If Scuba diving is more than just a hobby, sooner or later you’ll need to get a real dive watch. There are many types and brands of Scuba wristwatches, some of them are more resistant, some of them cost a lot of money and some of them just look nice.
If you started with a 10 dollar diving watch, you probably want to get new one. Really. If for some reason your watch goes nuts underwater, you will not have any other way to time your dive and no other way to determine how long you can stay before decompression illness kicks in.
So first of all, start looking for watches that can take at least 200 meters of water. And I’m not talking about your “waterproof” watch which can take a bath, but will not stand underwater pressure. You probably won’t get that deep but 200 meter water resistance is the recommended minimum for any diving wristwatch due to tighter testing methods.
Because the sun doesn’t shine in these depths, it is also recommended that your watch will have additional lighting or arms that glow in the dark. Even after 20 or 25 meters things get dark so any watch should have glowing, easy to read arrows and numbers. And try to read the watch from a fair distance. Without your glasses. But remember that LED or other electronic lighting can dry your battery faster when used often, so luminous paint will be a better choice here.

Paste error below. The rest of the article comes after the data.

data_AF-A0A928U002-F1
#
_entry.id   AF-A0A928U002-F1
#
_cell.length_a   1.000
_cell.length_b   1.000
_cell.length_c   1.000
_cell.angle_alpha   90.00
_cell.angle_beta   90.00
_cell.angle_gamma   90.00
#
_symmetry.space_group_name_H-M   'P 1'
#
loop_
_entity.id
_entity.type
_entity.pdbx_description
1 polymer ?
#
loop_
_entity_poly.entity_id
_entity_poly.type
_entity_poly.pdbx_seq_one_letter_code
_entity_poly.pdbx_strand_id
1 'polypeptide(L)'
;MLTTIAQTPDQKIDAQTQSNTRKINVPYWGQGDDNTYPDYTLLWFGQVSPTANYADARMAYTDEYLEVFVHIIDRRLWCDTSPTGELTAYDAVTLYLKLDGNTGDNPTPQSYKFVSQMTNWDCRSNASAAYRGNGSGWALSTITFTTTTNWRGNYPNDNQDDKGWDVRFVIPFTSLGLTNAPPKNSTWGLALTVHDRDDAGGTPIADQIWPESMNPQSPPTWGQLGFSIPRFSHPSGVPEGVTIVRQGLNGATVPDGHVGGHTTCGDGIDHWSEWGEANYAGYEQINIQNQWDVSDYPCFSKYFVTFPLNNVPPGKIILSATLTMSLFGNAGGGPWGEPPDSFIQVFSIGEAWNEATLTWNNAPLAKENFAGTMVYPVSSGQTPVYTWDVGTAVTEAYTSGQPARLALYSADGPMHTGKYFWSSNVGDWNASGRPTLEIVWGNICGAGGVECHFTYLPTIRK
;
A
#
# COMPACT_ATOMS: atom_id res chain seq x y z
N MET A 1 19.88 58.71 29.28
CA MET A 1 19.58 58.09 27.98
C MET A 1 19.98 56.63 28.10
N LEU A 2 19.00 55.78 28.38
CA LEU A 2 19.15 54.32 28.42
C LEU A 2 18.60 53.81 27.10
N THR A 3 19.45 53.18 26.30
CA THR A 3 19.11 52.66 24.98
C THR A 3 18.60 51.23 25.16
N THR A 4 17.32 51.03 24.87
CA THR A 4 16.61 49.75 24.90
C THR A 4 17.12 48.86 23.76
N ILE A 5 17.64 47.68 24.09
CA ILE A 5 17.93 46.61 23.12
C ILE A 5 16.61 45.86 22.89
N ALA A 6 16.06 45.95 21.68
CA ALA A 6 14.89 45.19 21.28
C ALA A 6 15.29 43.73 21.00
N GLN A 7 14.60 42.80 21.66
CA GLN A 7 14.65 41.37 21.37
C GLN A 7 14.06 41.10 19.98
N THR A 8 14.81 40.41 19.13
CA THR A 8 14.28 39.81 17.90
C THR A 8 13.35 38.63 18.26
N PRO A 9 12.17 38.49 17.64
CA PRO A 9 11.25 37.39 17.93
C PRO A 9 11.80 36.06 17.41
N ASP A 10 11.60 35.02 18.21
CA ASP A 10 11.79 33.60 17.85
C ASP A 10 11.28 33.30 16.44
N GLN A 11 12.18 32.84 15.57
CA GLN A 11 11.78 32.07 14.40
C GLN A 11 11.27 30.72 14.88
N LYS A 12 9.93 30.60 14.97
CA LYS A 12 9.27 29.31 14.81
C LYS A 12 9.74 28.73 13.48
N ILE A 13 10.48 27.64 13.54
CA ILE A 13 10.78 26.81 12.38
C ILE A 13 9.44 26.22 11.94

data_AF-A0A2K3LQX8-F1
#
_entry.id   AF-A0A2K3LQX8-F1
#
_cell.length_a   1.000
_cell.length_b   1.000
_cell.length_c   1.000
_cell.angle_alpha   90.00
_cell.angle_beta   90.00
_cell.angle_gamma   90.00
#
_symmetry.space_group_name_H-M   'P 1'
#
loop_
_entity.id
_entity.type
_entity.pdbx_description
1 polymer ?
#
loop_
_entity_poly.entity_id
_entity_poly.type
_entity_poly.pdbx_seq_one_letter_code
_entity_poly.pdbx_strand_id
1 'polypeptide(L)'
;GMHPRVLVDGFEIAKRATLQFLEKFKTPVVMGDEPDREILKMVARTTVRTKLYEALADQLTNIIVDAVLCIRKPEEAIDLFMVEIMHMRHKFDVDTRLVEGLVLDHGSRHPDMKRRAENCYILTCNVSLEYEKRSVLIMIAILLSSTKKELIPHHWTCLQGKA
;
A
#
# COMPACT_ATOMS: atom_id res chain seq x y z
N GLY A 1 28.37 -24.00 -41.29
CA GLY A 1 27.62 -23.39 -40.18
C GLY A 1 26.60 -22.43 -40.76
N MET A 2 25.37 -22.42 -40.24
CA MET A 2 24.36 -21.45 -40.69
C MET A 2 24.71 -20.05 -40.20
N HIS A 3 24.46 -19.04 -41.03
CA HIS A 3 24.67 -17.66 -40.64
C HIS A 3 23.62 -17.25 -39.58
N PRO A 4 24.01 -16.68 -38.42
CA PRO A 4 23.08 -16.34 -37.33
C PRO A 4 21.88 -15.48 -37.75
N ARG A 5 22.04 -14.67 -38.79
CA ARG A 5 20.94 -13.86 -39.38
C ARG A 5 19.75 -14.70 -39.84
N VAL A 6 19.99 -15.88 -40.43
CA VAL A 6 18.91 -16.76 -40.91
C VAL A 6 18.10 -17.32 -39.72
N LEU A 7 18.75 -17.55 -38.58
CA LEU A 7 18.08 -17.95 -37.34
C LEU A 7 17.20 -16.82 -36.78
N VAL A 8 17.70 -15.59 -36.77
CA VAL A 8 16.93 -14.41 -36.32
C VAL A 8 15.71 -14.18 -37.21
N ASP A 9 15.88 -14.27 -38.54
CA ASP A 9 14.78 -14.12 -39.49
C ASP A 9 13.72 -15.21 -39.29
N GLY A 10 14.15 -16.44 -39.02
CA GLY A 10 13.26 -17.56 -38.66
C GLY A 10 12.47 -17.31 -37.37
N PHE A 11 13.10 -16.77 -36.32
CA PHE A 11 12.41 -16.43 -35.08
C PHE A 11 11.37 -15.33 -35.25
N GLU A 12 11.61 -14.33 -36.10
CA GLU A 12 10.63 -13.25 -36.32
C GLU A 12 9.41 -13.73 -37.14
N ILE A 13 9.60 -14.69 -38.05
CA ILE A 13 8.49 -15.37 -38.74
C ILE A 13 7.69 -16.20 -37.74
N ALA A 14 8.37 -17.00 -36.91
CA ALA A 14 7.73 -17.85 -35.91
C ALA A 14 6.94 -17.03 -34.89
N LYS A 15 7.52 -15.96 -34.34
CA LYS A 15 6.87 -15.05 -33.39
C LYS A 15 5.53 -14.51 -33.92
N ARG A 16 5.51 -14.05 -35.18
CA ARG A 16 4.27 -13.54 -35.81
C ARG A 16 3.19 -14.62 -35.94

Adjustable bezel is the next thing to check. The bezel is the metal ring that sits around the face of the watch. Your watch should come with a one-way adjustable bezel. The “one-way” is counterclockwise so if the bezel is accidentally twisted, it will seem that you have been under water for a longer period rather than a short period. For the same reason the bezel should be tight and not easily moved.
Most divers dive towards the abyss with analog watches. Don’t really know why, but that’s the most common watch you’ll see underwater. Digital watches are kicking in due to relatively low prices and there’s nothing wrong with them, except that you have to know how to work the timers. There are also self winding dive watches and chronograph diving watches.
After you’ve made your choice, remember to wash the watch and bezel after each dive in the sea (salt water) or in the pool (chlorine). Oh, and don’t take the watch to the after dive sauna or hot-tub. The gaskets don’t like extreme temperature change. Inspect the seals and gaskets every once in a while and have them changed every 2 -3 years.